Singapore’s retail sector has undergone significant changes on multiple fronts, brought about by the prolonged pandemic.
Traditional brick-and-mortar retailers rapidly pivoted towards online or omnichannel business models to accommodate evolving consumer preferences against the backdrop of manpower shortages and competition from e-commerce.
As the pandemic restrictions ease, increasingly digital-first consumer preferences — coupled with an increased emphasis on health and safety ingrained into social consciousness — have made it challenging for physical stores to remain as relevant as before. This was reaffirmed by a recent study conducted by Axis Communications, which found that 10% less Singapore consumers intend to shop at physical stores today, compared to the pre-pandemic era.
Melding the best of physical and digital retail
According to the International Data Corp, the accelerated flight to digital during the pandemic does not mean the end of physical experiences. Instead, the modern consumer prioritises impactful experiences. The onus will be on retailers to evolve their approach to business, maximising consumer satisfaction and retaining their competitive advantage.
The same study also observed that consumers are displaying favourable sentiments towards technology-augmented, physical shopping experiences. This offers retailers a unique opportunity to rethink physical retail models, addressing key concerns of today’s consumers and optimising outcomes through a technology-augmented approach.
The future of retail is unmanned
Unmanned stores — or physical stores with few to no staff — represent a win-win solution in the new economic reality for both retailers and consumers alike. These stores serve as a highly viable option to bridge the gap between what consumers expect and what retail experiences can offer.
Having a keen understanding of the local landscape and consumers will be key to helping unmanned stores thrive. Singapore respondents to Axis’ survey had expressed a heightened interest in unmanned stores, with half indicating that they would like to visit an unmanned store in the post-Covid economy.
However, the research also indicated that local consumers viewed safety and security as an important feature in unmanned stores, with 65% prioritising video surveillance as an essential feature to deter crime.
To enhance security standards, operators can implement access control measures such as cardless or mobile QR code access as part of store entry procedures. When this is deployed alongside intelligent video surveillance and video analytics technologies, stores can address security concerns without compromising consumers’ shopping experiences, and even deliver impactful experiences to maximise customer satisfaction and brand loyalty.
Working in tandem, these technologies can automatically restrict store access when there is risk of potential overcrowding, or if suspicious behaviour or offences such as shoplifting have been detected.
Besides the value add to security, these technologies can also enhance the overall customer experience by issuing audio messages personalised to individual customers, and enable 24-hour or longer operating hours as few to no staff is required.
With video technologies and analytics, it also fulfils sustainability goals by automatically powering down lights and air-conditioning during lull periods.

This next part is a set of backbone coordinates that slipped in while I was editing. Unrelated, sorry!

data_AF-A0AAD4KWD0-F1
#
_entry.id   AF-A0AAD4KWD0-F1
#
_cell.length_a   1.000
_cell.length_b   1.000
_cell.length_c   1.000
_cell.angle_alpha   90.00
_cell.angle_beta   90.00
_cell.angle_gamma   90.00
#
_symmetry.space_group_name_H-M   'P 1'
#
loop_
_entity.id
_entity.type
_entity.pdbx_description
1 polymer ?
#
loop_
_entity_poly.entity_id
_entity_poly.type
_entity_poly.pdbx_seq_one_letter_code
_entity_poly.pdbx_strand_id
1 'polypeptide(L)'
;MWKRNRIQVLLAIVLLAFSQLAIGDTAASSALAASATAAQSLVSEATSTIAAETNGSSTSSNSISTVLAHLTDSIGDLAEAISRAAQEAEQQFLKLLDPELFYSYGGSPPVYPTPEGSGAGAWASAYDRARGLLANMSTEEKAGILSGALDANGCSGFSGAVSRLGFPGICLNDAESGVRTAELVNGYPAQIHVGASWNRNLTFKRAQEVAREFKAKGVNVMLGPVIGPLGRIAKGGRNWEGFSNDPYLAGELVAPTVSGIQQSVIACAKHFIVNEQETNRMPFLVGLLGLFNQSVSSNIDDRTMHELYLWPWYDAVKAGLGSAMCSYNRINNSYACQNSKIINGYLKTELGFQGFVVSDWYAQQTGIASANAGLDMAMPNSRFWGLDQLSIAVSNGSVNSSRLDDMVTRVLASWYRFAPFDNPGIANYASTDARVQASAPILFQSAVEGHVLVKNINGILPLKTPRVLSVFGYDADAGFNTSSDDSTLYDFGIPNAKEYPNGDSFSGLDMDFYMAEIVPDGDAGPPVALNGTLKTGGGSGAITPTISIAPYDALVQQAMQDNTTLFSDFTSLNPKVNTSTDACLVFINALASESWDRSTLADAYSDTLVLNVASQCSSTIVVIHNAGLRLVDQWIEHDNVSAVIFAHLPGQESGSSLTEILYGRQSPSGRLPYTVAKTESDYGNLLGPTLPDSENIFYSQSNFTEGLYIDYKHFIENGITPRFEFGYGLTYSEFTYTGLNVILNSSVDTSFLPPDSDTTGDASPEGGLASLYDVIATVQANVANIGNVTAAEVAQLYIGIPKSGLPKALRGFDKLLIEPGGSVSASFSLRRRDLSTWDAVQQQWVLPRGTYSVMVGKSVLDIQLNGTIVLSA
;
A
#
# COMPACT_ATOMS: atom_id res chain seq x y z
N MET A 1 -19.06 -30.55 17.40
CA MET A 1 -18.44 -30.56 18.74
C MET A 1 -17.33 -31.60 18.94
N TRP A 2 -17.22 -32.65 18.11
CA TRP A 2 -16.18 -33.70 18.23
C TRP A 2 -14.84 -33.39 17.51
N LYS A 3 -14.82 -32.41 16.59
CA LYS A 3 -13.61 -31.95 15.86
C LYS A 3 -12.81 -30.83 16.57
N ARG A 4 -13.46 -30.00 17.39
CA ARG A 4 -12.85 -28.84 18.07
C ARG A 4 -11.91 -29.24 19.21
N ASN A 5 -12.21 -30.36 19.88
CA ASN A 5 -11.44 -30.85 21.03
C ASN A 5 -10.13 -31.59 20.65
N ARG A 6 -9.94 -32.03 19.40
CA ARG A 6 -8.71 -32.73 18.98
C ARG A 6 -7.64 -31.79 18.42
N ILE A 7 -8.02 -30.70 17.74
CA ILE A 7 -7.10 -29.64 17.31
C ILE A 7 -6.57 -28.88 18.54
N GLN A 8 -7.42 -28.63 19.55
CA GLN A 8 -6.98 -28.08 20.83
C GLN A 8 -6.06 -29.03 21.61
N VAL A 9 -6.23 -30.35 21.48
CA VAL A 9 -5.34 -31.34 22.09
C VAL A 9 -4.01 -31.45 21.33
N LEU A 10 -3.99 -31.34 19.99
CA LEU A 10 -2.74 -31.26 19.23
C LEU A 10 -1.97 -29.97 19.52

In the context of Singapore, an unmanned retail revolution will be well-placed to ride upon the nation’s overall digital transformation efforts, in particular, its Smart Nation initiative. These not only create the digital infrastructure that provides the foundation for such stores to thrive, but also give rise to a digitally-savvy population likely to be more receptive towards technology.
In addition, the automation in unmanned stores enables more efficient utilisation of manpower, allowing the human workforce to undertake higher-skilled tasks and effectively manage operations with smaller teams. This aligns with broader national objectives around workforce upskilling and mitigating potential manpower constraints.
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Automation in action
This shift towards autonomous retail is not limited to Singapore. On the global front, businesses of all sizes have been made to quickly adapt to ensure business continuity.
A successful example is Crazy Candy in Sweden, which launched the country’s first unmanned confectionery stores. Each autonomous Crazy Candy store is now equipped with a robust system made up of door controllers and speakers, cloud-based video management systems, and a QR code authentication system to ensure customer safety and store security.
Through this approach, Crazy Candy has been able to extend its opening hours, elevate the brand and customer experience, boost profits and build brand equity.
The road ahead
Moving forward, the need for Singapore retailers to innovate and pivot their operating models in step with changing customer preferences will be crucial for them to remain relevant and thrive in the modern era, with unmanned retail presenting a viable path forward.
Although upfront investments could be a cause for concern, operators should focus on long-term gains when calculating return on investment, such as the potential cost savings to be gained from longer operating hours and more efficient deployment of manpower.
Technologies, such as advanced video surveillance, will be essential for retailers to maximise data-driven insights from the digital economy. They will enable the delivery of personalised services while upholding security standards that undergird post-pandemic retail experiences.
Singapore retailers that effectively ride the waves of opportunity to reinvigorate their shopping experience and leverage a technology-augmented approach will be well-positioned to navigate the future of retail.
Carl Malmqvis is the regional director for South Asia Pacific at Axis Communications